“Deport ’em all!” has come the cry from talk radio hosts in response to President Bush’s proposal to create a new guest-worker status for the estimated 8-12 million illegal aliens now living in the United States.
“An abomination!” columnist Michelle Malkin called the proposal on a TV show.
“An insult!” legal immigrants have protested.
“Amnesty!” has come the widespread howl.
Step back. Stop. Think. Imagine you have some administrative responsibility for the actual running of the United States government, some influence on its economy, on its laws, on its stability. Imagine you have inherited (say) 10 million illegal residents, here, now, the actual consequence of terrible immigration policies and mostly non-existent immigration enforcement, accumulated over 30-plus years.
Imagine first the difficulty if you simply tried to “deport ’em all,” no matter how gradually (and this against the backdrop of being at war).
Our entire armed forces number significantly less than 10 million. It took more than a year to move half a million of them (plus equipment, true) to another country — and we know who those guys are, and they follow orders.
There is no law enforcement establishment in the free world large enough to move that many people. If the United States were to try, the call throughout the world would come: “Ethnic cleansing!” Some expert would say it on the BBC within 24 hours — nay, within two hours. And there would be some justification.
That’s one imagining.
Now imagine something else. Imagine that the President was Bill Clinton in 1996, that there were nine hapless Republican challengers scrumming toward the New Hampshire primary, stumbling all over themselves. In that ironic, postmodern day, what would have been the press’s first response? To admire President Clinton for once again “dominating the news cycle” and “taking the wind out of his opponents’ campaigns.”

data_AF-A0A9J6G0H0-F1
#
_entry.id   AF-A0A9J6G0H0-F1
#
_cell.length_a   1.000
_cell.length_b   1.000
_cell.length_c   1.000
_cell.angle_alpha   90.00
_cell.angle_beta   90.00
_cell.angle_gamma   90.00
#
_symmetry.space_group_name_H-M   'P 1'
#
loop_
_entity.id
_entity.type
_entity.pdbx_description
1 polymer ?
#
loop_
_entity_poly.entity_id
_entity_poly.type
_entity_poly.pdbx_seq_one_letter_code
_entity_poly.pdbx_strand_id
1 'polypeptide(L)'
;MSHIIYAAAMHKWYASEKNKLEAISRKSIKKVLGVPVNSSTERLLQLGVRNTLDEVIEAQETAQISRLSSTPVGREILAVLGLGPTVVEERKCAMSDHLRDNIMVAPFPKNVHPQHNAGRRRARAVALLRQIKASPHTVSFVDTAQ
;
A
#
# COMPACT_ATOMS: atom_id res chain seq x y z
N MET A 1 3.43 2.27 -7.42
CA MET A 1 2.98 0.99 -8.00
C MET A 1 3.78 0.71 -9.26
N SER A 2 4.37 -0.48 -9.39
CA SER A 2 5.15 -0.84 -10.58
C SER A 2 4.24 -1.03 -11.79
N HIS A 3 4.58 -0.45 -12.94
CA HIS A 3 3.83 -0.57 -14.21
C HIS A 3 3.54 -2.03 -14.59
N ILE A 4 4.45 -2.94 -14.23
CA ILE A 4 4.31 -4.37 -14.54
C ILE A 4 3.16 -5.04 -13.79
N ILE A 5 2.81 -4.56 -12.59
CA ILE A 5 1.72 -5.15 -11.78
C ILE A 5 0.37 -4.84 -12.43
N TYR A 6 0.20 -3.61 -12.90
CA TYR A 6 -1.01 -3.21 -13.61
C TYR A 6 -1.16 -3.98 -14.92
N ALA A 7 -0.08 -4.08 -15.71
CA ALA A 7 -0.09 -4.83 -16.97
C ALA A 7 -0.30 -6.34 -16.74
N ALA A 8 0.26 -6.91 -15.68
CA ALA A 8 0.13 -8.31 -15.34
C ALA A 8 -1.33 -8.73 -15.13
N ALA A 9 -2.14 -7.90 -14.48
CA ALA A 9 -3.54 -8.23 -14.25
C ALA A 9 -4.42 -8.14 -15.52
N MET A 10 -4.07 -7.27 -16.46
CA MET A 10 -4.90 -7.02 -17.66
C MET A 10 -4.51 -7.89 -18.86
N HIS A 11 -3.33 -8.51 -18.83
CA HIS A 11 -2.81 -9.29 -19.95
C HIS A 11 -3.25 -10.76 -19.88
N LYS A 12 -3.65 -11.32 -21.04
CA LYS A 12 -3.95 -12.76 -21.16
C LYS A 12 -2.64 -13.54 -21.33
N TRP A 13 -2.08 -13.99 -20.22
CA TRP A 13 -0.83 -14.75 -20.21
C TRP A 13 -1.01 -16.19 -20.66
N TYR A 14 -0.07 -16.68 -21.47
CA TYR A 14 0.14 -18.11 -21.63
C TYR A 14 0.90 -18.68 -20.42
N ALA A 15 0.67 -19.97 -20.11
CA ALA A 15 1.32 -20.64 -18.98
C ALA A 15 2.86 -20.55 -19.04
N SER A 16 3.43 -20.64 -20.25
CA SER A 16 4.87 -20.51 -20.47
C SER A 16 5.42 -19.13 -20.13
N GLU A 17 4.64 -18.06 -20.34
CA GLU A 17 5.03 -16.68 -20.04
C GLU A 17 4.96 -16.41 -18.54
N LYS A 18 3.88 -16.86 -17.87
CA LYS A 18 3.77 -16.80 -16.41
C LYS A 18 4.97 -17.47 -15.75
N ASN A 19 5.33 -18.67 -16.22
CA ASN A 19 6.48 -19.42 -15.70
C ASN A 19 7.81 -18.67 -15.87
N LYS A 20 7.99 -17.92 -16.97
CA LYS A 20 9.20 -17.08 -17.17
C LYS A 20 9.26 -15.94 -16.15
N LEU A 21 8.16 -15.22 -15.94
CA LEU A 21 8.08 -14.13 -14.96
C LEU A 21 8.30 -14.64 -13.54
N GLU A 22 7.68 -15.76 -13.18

Now consider these things.
President Bush didn’t have to do this at all. He didn’t have to do it now. He could have just kicked this can down the sidewalk toward his practically guaranteed second term, and then kicked it some more toward his successor’s first. If he just wanted to “dominate the news cycle,” he had any number of ways to do that, including the reported upcoming announcement of new long-term goals for the space program.
Some things to consider: There are quids pro quo here with Mexico involving the war on terror, and we don’t know about them, and won’t. NPR reports that Homeland Security and the CIA are actively at work in Mexico, for example.
Far from being a gift to American companies, the proposal forces U.S. employers to put themselves on the line to document, in some fashion, the illegals they now employ without paperwork — as my wife remarked, kind of like putting the onus for health insurance on companies.
Rush Limbaugh thinks this move represents part of the President and Karl Rove’s scheme to destroy the Democratic Party by peeling off just enough of several of their fragmented constituencies – oldsters, Hispanics, blacks — to stuff the Democrats into the black hole of a permanent minority. Within another election cycle, this theory says, the Dems will be as gone as the Whigs.
Maybe. Initial reaction, however, shows that as many legal Spanish-speaking immigrants will hate this proposal as love it. As a vote-getter, it’s a wash — probably worse, when you consider the outrage on the President’s right.
No, I think this is a pressing administrative issue that President Bush simply will not ignore. Further, it will set the stage for handling another even more exigent administrative issue that is one of George W. Bush’s most cherished dreams: reforming Social Security.
He did it on purpose.
He did it now, when he didn’t have to.